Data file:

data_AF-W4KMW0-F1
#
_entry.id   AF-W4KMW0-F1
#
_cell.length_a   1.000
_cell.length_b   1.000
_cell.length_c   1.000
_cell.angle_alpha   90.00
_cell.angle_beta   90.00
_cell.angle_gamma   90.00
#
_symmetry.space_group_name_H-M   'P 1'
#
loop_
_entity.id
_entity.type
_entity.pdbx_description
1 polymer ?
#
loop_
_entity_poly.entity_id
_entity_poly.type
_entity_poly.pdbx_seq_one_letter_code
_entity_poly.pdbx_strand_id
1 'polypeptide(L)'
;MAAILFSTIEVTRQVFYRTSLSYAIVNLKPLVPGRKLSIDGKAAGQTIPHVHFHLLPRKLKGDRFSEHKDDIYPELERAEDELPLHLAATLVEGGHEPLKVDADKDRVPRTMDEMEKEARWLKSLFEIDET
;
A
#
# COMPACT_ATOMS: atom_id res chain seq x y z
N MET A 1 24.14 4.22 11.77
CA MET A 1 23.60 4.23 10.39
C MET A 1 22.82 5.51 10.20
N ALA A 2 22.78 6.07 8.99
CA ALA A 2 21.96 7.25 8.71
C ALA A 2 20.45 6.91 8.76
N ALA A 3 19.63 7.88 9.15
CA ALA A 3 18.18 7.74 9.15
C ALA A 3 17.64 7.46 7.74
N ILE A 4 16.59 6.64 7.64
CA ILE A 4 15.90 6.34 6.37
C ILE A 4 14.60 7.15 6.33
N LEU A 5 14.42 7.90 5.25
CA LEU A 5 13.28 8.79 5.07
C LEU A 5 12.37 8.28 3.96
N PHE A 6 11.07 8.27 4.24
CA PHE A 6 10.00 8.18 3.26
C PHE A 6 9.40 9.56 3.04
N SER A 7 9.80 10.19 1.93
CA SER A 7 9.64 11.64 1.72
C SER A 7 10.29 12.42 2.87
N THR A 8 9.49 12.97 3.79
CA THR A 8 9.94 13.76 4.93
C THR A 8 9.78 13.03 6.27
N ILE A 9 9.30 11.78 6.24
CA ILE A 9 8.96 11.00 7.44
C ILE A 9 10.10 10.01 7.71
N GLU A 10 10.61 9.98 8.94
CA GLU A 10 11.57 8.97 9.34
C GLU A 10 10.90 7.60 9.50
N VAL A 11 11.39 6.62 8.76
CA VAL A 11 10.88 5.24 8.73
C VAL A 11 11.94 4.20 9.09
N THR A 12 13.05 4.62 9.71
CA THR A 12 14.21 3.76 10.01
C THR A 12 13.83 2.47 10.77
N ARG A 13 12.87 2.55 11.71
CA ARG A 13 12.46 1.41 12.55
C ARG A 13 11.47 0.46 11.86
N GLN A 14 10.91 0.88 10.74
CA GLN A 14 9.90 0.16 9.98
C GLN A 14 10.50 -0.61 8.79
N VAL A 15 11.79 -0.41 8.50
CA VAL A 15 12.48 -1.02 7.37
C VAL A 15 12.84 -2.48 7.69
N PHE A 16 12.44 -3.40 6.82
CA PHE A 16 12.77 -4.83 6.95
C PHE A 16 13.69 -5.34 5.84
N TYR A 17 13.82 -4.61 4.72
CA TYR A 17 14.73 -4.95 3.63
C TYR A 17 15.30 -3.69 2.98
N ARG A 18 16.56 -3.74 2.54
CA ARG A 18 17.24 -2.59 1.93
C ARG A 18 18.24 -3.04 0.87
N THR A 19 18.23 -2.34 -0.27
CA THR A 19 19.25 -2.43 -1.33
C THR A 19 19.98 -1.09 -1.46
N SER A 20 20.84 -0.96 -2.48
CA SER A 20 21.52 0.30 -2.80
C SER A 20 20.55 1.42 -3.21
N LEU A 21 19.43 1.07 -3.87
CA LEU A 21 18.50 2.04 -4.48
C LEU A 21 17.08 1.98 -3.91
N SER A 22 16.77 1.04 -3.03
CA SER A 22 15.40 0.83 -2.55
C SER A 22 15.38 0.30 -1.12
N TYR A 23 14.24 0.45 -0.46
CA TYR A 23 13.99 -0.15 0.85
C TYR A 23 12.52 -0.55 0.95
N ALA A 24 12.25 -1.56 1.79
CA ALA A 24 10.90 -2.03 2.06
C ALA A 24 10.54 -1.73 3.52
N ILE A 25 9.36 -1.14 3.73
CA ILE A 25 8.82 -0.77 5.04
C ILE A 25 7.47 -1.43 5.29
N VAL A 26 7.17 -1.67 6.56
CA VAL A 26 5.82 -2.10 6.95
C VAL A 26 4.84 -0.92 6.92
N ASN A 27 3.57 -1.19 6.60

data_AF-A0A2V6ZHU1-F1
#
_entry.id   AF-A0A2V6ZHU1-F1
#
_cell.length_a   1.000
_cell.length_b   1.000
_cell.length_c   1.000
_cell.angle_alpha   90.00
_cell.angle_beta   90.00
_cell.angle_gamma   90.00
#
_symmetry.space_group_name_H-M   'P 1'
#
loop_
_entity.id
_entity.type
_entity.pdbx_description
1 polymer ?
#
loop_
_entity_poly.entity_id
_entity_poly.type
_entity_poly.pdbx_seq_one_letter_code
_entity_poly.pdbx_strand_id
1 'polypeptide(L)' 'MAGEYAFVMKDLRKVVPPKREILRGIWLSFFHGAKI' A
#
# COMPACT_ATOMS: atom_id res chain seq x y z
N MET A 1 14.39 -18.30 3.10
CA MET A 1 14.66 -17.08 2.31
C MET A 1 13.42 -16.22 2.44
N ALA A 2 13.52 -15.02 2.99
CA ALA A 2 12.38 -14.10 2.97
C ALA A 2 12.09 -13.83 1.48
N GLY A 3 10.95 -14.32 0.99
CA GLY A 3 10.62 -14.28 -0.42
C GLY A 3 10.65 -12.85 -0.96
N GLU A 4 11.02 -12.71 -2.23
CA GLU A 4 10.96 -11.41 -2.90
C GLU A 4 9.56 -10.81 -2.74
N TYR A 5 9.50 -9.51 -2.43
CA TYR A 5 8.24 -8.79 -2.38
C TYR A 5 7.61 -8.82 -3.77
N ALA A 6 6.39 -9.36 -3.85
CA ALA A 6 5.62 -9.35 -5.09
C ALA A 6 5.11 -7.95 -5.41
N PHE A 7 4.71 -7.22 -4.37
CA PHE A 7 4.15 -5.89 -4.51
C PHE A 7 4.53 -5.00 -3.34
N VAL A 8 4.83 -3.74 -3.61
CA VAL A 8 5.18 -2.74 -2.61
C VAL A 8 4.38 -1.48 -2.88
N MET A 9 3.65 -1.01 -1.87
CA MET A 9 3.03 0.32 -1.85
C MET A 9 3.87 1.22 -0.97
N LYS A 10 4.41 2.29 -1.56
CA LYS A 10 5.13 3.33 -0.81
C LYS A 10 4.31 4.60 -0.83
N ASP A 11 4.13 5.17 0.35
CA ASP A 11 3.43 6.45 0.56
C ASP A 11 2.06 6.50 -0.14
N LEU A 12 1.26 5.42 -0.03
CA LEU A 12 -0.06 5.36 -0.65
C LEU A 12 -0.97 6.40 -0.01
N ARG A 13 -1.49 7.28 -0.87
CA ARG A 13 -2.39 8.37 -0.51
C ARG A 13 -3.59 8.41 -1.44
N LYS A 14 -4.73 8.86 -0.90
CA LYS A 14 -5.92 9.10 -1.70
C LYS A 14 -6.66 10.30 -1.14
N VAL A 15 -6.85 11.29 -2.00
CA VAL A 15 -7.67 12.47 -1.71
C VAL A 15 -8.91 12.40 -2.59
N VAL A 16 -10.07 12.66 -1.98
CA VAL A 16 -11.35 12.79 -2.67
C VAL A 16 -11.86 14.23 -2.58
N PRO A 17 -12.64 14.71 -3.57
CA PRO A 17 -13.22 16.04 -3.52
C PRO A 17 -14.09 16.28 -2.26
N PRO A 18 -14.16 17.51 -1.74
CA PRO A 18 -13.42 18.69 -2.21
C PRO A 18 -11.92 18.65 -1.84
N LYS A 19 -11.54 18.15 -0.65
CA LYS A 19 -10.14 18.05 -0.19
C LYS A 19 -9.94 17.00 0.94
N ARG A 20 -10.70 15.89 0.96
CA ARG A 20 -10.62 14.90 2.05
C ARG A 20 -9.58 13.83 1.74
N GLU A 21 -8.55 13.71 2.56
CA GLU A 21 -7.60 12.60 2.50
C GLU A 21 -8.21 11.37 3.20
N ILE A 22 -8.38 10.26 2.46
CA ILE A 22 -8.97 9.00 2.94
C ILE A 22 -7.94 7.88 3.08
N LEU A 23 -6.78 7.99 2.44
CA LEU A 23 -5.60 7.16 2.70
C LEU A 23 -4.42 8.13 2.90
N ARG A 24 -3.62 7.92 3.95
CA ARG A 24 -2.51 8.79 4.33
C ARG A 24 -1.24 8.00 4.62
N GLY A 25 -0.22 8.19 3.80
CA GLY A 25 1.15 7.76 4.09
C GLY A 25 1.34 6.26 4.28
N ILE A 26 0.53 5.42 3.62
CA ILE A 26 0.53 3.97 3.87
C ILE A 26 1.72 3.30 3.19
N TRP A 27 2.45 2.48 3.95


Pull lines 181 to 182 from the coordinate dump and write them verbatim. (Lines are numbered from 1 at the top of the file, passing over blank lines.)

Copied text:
C VAL A 15 -8.91 12.40 -2.59
N VAL A 16 -10.07 12.66 -1.98